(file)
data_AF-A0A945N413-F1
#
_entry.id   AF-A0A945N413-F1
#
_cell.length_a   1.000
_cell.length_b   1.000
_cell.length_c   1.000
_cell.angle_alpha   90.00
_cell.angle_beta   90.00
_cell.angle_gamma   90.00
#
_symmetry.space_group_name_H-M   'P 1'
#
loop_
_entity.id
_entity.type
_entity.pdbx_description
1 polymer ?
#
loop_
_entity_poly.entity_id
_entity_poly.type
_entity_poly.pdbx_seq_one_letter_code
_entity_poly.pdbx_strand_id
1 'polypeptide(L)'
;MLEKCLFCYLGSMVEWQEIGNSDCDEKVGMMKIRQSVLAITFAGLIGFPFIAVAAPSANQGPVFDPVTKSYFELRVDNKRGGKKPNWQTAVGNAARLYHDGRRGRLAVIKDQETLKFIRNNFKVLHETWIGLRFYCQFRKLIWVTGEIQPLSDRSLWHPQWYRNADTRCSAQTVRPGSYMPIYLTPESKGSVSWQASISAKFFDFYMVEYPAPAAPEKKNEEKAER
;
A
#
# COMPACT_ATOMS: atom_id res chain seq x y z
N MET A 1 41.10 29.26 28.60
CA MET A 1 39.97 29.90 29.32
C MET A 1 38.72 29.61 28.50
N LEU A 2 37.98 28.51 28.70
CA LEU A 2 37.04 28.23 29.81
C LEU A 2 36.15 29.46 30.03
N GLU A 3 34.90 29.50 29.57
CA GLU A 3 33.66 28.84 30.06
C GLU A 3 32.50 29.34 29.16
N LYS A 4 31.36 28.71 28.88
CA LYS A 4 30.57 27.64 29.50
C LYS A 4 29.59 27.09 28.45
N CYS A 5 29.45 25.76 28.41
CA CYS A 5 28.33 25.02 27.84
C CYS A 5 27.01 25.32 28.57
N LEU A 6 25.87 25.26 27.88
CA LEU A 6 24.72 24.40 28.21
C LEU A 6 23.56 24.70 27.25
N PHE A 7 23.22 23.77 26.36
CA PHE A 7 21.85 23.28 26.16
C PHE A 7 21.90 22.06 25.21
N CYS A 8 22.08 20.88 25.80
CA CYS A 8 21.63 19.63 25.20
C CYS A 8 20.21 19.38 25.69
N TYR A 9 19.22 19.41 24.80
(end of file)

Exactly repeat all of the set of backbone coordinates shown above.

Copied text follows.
data_AF-A0A945N413-F1
#
_entry.id   AF-A0A945N413-F1
#
_cell.length_a   1.000
_cell.length_b   1.000
_cell.length_c   1.000
_cell.angle_alpha   90.00
_cell.angle_beta   90.00
_cell.angle_gamma   90.00
#
_symmetry.space_group_name_H-M   'P 1'
#
loop_
_entity.id
_entity.type
_entity.pdbx_description
1 polymer ?
#
loop_
_entity_poly.entity_id
_entity_poly.type
_entity_poly.pdbx_seq_one_letter_code
_entity_poly.pdbx_strand_id
1 'polypeptide(L)'
;MLEKCLFCYLGSMVEWQEIGNSDCDEKVGMMKIRQSVLAITFAGLIGFPFIAVAAPSANQGPVFDPVTKSYFELRVDNKRGGKKPNWQTAVGNAARLYHDGRRGRLAVIKDQETLKFIRNNFKVLHETWIGLRFYCQFRKLIWVTGEIQPLSDRSLWHPQWYRNADTRCSAQTVRPGSYMPIYLTPESKGSVSWQASISAKFFDFYMVEYPAPAAPEKKNEEKAER
;
A
#
# COMPACT_ATOMS: atom_id res chain seq x y z
N MET A 1 41.10 29.26 28.60
CA MET A 1 39.97 29.90 29.32
C MET A 1 38.72 29.61 28.50
N LEU A 2 37.98 28.51 28.70
CA LEU A 2 37.04 28.23 29.81
C LEU A 2 36.15 29.46 30.03
N GLU A 3 34.90 29.50 29.57
CA GLU A 3 33.66 28.84 30.06
C GLU A 3 32.50 29.34 29.16
N LYS A 4 31.36 28.71 28.88
CA LYS A 4 30.57 27.64 29.50
C LYS A 4 29.59 27.09 28.45
N CYS A 5 29.45 25.76 28.41
CA CYS A 5 28.33 25.02 27.84
C CYS A 5 27.01 25.32 28.57
N LEU A 6 25.87 25.26 27.88
CA LEU A 6 24.72 24.40 28.21
C LEU A 6 23.56 24.70 27.25
N PHE A 7 23.22 23.77 26.36
CA PHE A 7 21.85 23.28 26.16
C PHE A 7 21.90 22.06 25.21
N CYS A 8 22.08 20.88 25.80
CA CYS A 8 21.63 19.63 25.20
C CYS A 8 20.21 19.38 25.69
N TYR A 9 19.22 19.41 24.80